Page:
Her face was distorted, a blend of confusion and disgust. With a condescending tone she asked, “Don’t you have a tissue?” There were two, quarter-size splashes of milk on the store floor, however most of the mess, the stream, was running entirely down my leg and into my slip-on Toms. And no, I did not have a single tissue, or towel or rag or anything. I’d forgotten them all at home!
I’m going to back up a little tell you about my hilarious, or not so hilarious mess. Having a brother who is about fourteen years my junior makes me sometimes prideful that, while I am a first time mother, I don’t always act like it because of all the so-called experience I have. Apparently I never learned how to properly pack a diaper bag. Usually it’s overloaded with useless items that, in addition to the baby on my chest, leave me feeling more like a pack-mule than a carefree on-the-go mama. On this particular day though, I could have used all the extras.
Considering the influx of heat advisories over the past few weeks, it was definitely time to flee the neighborhood. Both of us were a little under the weather, so I figured an outing would do us good. I had it all planned out. A quick stroll through a department store for Halloween items (I’m not a natural seamstress, so yes I’m starting early on costumes) followed by lunch with papa and then the farmers’ market. We’d leave by midday and be home way before rush hour. Perfect. I anticipated all of the weight I’d have to juggle on the ride and walk home, so I packed my purse carefully and only rolled a couple cloth bags for produce. I replaced the diaper bag with a smaller purse, and aside from my personal necessities I packed two diapers, a nose aspirator, one small toy, sun hat and a couple wipes tucked in a ziplock. The thought of packing a rag or an extra outfit faded with the realization that neither had been necessary in so long that I couldn’t remember the last time they’d actually been used while we were out.
Oh, silly mama.
Months earlier with a large, round pregnant belly I walked around that particular department store. Around the baby section, touching all of the fuzzy footsie and daydreaming about the day I would put my little bundle into the cart seat, stroll along and compare clothing lengths to the length of my child. My vision did not include a happy baby attempting to hurl himself out of his seat and into racks of rainbow textiles. My efforts to compare his size to an outfit were met with wrestling matches and squeals of complete ecstasy. He must have thought shopping was the best game ever. Perhaps he was having too much fun and laughing too hard. Once I wrangled him back into the carrier and had him snuggled belly to belly, he began coughing and choking.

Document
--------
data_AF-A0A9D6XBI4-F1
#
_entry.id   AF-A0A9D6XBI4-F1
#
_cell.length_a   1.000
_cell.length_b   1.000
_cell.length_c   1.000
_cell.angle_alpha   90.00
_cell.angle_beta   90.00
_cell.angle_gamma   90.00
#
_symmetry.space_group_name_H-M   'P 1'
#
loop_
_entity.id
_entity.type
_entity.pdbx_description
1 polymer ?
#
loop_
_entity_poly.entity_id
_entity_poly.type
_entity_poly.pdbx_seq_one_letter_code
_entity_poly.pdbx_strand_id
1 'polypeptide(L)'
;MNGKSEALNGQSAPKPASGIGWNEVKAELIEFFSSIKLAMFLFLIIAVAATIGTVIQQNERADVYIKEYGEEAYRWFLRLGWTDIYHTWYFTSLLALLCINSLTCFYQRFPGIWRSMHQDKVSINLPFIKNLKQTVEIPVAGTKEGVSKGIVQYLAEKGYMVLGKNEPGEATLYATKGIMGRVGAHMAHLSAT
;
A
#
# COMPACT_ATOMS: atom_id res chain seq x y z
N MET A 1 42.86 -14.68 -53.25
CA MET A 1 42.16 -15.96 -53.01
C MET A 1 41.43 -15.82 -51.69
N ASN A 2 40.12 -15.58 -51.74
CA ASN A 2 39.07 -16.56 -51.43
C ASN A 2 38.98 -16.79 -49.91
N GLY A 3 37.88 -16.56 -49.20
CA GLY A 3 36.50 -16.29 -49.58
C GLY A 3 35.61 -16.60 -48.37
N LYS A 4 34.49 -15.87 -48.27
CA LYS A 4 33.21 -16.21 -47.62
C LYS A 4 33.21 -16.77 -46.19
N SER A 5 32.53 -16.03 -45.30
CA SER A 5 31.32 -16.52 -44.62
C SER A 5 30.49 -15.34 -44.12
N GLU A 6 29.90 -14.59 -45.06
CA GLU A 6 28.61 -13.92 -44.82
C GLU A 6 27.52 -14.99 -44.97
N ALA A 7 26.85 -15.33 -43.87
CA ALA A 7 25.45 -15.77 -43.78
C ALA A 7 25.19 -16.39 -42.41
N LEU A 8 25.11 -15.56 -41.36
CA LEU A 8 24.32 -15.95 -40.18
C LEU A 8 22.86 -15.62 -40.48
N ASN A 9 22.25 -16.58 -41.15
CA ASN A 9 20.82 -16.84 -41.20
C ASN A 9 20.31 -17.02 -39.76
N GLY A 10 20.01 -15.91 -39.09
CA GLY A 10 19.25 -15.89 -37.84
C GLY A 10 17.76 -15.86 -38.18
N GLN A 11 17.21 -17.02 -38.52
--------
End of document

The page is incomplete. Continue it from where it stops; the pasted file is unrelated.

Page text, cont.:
I asked if he was okay and he looked up just in time for the flood gate to open and warm regurgitated milk to flow out like a mass exodus. Right at that moment I relived a flashback of being very young and watching another child, across the grocery store aisle, completely demolish the floor with an unexpected upchuck. Without hesitation, his mother whisked him out of sight. As a kid I was simultaneously appalled by the mess and amazed by his mother’s swift reaction. Here I was now the mother and my eyes were just bulging.
They say, “Don’t cry over spilled milk.” Maybe there should be an alternate expression, something like, “Don’t panic over regurgitated milk from your baby, dripping down your leg and filling your shoe.” My little one finished with a smile of relief, just in time for our fellow shopper to roll by and ask if I had a tissue to clean the floor. Never mind my soaked body. I wanted to start laughing, but she was sincere with concern, so I simply thanked her and directed myself straight to the restroom. Of course the store did not have a diaper station! The joke was really all over me that afternoon. Needless-to-say we checked out with a new onesie so that at least one of us would be clean for lunch.
After recounting the experience to Jonathan, I have no doubt we will forever use the phrase, “Don’t you have a tissue,” to tease one another over clumsy accidents in the future. As my shoes soak in a bath of baking soda and my pants, shirt, bra, the carrier, his romper and diaper (what a mess) all swirl around in the wash, I can confidently say that the diaper bag is already pre-packed for the next outing, complete with several lightweight and highly absorbent rags. Of course this probably means that there will never be another big mess again until the day we forget the bag.